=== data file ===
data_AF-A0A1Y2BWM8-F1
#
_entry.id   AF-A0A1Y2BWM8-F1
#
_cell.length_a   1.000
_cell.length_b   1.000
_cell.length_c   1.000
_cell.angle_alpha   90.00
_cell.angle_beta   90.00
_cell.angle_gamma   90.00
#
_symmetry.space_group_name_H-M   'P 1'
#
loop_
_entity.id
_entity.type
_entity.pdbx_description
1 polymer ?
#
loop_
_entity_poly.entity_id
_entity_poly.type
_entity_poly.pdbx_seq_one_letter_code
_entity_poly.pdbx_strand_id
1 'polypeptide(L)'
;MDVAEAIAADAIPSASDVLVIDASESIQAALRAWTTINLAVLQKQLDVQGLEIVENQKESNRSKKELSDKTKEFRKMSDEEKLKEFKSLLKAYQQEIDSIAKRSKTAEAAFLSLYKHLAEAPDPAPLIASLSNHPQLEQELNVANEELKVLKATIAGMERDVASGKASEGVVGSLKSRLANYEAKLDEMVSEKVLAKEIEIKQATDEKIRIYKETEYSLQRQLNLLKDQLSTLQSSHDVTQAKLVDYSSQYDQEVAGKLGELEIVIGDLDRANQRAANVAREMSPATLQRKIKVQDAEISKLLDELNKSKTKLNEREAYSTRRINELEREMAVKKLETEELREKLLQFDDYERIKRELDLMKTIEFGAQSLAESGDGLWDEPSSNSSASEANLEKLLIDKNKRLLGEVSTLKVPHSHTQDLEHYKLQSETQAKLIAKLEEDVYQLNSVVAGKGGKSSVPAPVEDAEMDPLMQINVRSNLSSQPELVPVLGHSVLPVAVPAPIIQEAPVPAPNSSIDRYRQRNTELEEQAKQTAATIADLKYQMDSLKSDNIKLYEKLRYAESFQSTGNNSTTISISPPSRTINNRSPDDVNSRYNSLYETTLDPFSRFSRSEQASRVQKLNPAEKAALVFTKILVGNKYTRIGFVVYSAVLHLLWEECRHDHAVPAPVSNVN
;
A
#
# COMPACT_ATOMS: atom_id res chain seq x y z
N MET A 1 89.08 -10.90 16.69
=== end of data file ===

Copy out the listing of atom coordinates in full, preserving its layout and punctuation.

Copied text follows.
data_AF-A0A1Y2BWM8-F1
#
_entry.id   AF-A0A1Y2BWM8-F1
#
_cell.length_a   1.000
_cell.length_b   1.000
_cell.length_c   1.000
_cell.angle_alpha   90.00
_cell.angle_beta   90.00
_cell.angle_gamma   90.00
#
_symmetry.space_group_name_H-M   'P 1'
#
loop_
_entity.id
_entity.type
_entity.pdbx_description
1 polymer ?
#
loop_
_entity_poly.entity_id
_entity_poly.type
_entity_poly.pdbx_seq_one_letter_code
_entity_poly.pdbx_strand_id
1 'polypeptide(L)'
;MDVAEAIAADAIPSASDVLVIDASESIQAALRAWTTINLAVLQKQLDVQGLEIVENQKESNRSKKELSDKTKEFRKMSDEEKLKEFKSLLKAYQQEIDSIAKRSKTAEAAFLSLYKHLAEAPDPAPLIASLSNHPQLEQELNVANEELKVLKATIAGMERDVASGKASEGVVGSLKSRLANYEAKLDEMVSEKVLAKEIEIKQATDEKIRIYKETEYSLQRQLNLLKDQLSTLQSSHDVTQAKLVDYSSQYDQEVAGKLGELEIVIGDLDRANQRAANVAREMSPATLQRKIKVQDAEISKLLDELNKSKTKLNEREAYSTRRINELEREMAVKKLETEELREKLLQFDDYERIKRELDLMKTIEFGAQSLAESGDGLWDEPSSNSSASEANLEKLLIDKNKRLLGEVSTLKVPHSHTQDLEHYKLQSETQAKLIAKLEEDVYQLNSVVAGKGGKSSVPAPVEDAEMDPLMQINVRSNLSSQPELVPVLGHSVLPVAVPAPIIQEAPVPAPNSSIDRYRQRNTELEEQAKQTAATIADLKYQMDSLKSDNIKLYEKLRYAESFQSTGNNSTTISISPPSRTINNRSPDDVNSRYNSLYETTLDPFSRFSRSEQASRVQKLNPAEKAALVFTKILVGNKYTRIGFVVYSAVLHLLWEECRHDHAVPAPVSNVN
;
A
#
# COMPACT_ATOMS: atom_id res chain seq x y z
N MET A 1 89.08 -10.90 16.69